No More Walmart Shifts: Senior Can Retire Through Donations

No more Walmart shifts
Senior can retire through donations

People of retirement age whose money is barely enough to live on. There are many of these in the US. Warren “Butch” Marion is one of them until his story goes viral on Tiktok.

Warren “Butch” Marion has long been a household name at Walmart in Cumberland, Maryland. Because the cashier is significantly older than his colleagues. But even at the age of 82, the Navy veteran regularly shows up for his eight to nine-hour shifts in the supermarket. However, the reason is not that Marion likes to work so much, but that his pension is not enough to live on.

Rory McCarty, who had previously seen a report about another elderly Walmart employee, also noticed this. The woman had said in a Tiktok video that she had to work at the retail chain to make ends meet. Shortly after, while shopping at his local Walmart, McCarty noticed Marion and understood that this man has the same problem. Many Americans struggle with saving enough money for retirement. According to the Federal Reserve, “One in four non-retirees say they have no retirement savings at all.”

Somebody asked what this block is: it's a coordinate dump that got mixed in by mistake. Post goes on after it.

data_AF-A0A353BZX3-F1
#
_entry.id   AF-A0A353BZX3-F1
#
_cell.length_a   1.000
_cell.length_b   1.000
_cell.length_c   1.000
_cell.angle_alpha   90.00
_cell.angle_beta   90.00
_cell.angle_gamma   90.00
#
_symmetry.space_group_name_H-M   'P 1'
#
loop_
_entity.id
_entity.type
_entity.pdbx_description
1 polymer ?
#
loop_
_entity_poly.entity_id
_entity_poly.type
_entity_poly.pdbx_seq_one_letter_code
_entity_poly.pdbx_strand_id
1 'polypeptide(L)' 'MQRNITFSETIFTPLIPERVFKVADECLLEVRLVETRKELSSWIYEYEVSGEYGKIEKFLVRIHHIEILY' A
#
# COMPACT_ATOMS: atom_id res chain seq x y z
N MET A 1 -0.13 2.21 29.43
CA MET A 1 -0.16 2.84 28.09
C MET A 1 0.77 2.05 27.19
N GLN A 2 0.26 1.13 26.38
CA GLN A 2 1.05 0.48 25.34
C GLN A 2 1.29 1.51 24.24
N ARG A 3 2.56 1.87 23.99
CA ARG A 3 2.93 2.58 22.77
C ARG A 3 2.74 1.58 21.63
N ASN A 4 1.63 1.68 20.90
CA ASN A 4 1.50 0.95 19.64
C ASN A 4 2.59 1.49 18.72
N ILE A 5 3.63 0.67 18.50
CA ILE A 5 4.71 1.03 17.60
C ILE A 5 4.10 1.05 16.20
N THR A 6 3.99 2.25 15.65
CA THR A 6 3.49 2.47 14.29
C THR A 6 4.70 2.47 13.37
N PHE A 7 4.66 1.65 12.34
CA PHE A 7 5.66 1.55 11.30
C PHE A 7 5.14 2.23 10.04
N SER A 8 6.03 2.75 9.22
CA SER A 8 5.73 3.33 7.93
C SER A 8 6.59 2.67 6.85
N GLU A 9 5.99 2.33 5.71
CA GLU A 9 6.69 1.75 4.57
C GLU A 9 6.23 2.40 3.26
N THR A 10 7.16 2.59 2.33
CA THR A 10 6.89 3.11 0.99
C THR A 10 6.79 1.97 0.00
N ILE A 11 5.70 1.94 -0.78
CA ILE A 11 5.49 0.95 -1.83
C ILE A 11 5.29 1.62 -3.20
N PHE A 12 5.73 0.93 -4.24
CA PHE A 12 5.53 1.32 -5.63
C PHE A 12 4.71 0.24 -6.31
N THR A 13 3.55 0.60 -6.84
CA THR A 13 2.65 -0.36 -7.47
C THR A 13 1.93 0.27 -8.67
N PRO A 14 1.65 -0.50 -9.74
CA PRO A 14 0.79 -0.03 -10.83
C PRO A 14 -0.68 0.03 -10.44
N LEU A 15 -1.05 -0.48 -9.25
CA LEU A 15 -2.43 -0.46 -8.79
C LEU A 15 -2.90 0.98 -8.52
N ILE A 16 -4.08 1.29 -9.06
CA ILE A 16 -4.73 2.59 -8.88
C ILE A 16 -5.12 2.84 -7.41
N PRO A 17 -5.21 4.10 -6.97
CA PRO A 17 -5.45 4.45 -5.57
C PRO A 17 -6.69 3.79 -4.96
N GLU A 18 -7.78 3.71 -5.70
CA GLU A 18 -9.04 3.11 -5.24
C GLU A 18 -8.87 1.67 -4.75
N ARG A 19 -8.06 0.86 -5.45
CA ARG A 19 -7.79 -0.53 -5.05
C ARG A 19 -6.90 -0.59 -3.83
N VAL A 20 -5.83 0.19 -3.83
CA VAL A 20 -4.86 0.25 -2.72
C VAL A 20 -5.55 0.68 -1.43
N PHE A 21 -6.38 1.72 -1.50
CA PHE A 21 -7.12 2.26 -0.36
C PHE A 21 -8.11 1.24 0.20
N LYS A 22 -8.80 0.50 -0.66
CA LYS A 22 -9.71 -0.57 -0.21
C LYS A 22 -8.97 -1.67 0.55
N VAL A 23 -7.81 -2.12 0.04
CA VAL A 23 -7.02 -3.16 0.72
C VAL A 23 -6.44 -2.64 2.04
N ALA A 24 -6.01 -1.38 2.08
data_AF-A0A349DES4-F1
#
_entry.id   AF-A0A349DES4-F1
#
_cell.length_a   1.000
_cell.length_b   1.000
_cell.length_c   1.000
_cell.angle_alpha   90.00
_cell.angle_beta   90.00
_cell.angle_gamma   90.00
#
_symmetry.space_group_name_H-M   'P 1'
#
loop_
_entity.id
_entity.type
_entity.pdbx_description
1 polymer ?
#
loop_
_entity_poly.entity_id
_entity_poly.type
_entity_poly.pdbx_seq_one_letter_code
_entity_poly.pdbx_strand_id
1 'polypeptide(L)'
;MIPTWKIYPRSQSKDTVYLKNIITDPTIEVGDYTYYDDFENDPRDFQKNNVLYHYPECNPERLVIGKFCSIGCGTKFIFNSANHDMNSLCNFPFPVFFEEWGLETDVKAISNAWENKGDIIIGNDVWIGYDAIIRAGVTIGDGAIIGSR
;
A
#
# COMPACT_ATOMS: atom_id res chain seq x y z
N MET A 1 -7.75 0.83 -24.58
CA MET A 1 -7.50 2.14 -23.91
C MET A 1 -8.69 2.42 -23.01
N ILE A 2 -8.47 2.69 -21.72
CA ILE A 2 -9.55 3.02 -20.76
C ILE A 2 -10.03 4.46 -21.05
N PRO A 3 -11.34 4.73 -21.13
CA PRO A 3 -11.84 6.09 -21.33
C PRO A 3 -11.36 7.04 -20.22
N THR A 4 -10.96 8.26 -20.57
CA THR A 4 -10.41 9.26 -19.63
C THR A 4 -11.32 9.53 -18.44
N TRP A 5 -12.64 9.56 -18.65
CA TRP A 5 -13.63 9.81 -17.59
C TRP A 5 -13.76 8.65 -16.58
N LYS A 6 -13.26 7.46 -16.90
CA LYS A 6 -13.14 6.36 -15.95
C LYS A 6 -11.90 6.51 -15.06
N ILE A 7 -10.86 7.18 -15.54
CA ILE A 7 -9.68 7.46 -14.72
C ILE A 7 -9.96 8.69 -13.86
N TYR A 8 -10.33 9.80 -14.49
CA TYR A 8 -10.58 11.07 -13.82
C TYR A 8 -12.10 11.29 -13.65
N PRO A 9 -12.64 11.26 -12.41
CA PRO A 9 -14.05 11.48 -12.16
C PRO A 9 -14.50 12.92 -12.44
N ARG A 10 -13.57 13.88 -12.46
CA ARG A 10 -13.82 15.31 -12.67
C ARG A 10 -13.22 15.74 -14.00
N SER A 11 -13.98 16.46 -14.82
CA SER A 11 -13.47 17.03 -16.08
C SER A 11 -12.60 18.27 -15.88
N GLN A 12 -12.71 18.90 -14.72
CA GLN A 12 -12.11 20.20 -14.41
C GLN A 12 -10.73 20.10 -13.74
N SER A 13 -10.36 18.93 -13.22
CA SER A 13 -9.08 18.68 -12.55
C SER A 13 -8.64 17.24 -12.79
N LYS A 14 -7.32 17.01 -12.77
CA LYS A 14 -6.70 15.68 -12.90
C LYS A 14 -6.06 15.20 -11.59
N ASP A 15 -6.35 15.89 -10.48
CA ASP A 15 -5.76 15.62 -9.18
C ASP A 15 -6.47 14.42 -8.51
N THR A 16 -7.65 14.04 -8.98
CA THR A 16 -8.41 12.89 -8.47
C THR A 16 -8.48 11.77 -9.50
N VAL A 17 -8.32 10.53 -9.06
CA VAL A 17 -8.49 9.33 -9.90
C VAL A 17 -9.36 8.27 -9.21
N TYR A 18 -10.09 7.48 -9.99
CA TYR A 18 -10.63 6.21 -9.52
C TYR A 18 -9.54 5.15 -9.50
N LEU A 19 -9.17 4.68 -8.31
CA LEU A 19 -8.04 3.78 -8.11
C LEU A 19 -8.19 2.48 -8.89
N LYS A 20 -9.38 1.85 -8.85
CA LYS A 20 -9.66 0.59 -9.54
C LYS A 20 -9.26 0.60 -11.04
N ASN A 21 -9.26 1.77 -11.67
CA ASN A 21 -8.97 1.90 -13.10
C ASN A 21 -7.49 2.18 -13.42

In December, McCarty uploaded a video to Tiktok showing Marion at work. The entrepreneur combined the publication of the pictures with a request to his followers to help him and to enable Marion to retire through donations. At the same time he created one GoFundMe pagein which he posted a goal of raising $100,000 for the 82-year-old.

Relaxed retirement

He wanted to “help Marion spend the rest of his years visiting his kids in Florida,” McCarty wrote. The senior should be able to do things “that he would like to do that he may not be able to do for financial reasons”. The Tiktok video went viral, garnering over three million views and more than 300,000 likes in just a few days.

And not only that: Within a few days, the donation goal was not only reached, but even exceeded. Nearly $145,000 in donations has now been received for Marion. Thanks to these collective gifts, the 82-year-old can retire as early as the second week of January. McCarty gave him a check for the donation amount.

According to local media reports, the recipient was overwhelmed. “Wow” was Marion’s answer when the money was handed over to him. “I can only tell you that the Lord has blessed me for what I did when I was younger,” he told the Cumberland Times-News. He wants to use the money to pay off his house and retire from work.

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